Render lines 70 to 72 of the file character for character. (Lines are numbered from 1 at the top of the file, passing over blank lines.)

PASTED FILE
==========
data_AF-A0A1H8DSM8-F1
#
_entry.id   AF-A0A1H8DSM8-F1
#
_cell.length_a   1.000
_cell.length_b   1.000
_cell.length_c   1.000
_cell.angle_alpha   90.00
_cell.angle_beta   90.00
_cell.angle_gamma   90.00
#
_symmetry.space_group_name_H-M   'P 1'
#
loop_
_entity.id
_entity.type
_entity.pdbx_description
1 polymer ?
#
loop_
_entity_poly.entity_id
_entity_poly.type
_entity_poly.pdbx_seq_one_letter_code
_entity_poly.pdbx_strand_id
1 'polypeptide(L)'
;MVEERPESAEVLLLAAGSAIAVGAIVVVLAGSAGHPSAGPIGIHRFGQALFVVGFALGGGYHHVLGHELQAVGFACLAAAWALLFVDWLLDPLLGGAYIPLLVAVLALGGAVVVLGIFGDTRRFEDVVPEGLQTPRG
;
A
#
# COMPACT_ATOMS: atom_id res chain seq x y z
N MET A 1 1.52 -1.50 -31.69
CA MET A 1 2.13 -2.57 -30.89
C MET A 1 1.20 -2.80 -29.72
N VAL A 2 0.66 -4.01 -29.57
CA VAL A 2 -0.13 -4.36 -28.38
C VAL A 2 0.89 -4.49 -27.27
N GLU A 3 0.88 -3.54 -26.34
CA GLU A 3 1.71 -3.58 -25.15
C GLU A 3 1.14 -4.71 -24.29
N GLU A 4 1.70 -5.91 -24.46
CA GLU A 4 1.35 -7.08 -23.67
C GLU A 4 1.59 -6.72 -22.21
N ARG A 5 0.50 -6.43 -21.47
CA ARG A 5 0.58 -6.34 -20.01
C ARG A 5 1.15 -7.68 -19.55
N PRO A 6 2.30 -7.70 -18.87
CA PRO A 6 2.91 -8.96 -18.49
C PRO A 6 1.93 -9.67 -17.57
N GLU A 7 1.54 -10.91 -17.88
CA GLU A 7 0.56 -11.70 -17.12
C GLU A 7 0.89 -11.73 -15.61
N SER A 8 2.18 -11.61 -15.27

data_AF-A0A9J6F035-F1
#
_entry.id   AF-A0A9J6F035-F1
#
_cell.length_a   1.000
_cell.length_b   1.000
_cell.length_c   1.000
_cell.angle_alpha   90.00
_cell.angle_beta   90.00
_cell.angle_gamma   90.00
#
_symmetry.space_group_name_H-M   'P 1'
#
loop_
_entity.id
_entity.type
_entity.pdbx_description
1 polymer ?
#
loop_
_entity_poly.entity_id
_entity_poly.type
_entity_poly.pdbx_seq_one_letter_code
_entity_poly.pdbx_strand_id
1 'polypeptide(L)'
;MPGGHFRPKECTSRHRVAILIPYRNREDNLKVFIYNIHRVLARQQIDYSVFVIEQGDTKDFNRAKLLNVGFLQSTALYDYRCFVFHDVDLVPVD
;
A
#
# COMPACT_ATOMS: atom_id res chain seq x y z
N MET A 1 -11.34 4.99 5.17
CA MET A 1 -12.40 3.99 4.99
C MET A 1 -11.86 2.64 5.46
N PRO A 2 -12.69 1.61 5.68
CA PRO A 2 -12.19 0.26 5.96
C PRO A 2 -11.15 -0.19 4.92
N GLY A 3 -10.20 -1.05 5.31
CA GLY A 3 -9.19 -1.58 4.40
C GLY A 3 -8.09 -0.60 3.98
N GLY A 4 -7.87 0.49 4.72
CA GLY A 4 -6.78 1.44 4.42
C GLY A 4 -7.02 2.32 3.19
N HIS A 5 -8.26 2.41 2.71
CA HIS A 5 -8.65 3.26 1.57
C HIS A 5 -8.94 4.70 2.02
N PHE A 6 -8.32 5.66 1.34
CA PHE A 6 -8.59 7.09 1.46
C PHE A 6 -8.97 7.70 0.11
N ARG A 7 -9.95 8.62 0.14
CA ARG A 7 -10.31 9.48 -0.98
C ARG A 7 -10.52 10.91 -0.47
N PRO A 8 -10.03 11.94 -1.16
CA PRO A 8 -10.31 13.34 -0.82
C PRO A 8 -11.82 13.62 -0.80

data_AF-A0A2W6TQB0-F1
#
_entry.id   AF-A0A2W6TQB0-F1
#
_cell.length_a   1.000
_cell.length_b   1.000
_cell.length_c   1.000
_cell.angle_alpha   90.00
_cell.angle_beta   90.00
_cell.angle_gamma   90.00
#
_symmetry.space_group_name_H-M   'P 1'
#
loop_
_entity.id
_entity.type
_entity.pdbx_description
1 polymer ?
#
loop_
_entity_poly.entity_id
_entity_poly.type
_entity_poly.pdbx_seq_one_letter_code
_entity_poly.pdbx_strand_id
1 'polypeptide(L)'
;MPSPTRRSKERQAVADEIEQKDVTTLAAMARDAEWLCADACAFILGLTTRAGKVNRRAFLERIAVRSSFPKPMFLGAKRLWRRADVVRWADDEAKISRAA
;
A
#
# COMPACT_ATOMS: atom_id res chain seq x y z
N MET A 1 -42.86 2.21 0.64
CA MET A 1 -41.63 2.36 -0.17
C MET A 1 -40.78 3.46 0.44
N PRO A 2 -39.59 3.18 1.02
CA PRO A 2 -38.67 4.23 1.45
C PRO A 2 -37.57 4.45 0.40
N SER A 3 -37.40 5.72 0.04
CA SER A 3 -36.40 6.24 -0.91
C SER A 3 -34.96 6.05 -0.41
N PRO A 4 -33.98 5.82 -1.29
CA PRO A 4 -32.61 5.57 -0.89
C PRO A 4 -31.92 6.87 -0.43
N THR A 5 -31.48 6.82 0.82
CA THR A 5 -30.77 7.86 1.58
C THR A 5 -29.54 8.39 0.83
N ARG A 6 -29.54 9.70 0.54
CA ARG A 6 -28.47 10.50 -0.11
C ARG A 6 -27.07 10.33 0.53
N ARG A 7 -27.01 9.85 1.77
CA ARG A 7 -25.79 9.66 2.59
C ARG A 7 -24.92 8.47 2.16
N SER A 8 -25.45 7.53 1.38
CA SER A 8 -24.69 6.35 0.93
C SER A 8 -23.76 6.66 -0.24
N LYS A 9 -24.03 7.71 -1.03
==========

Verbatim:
1 polymer ?
#
loop_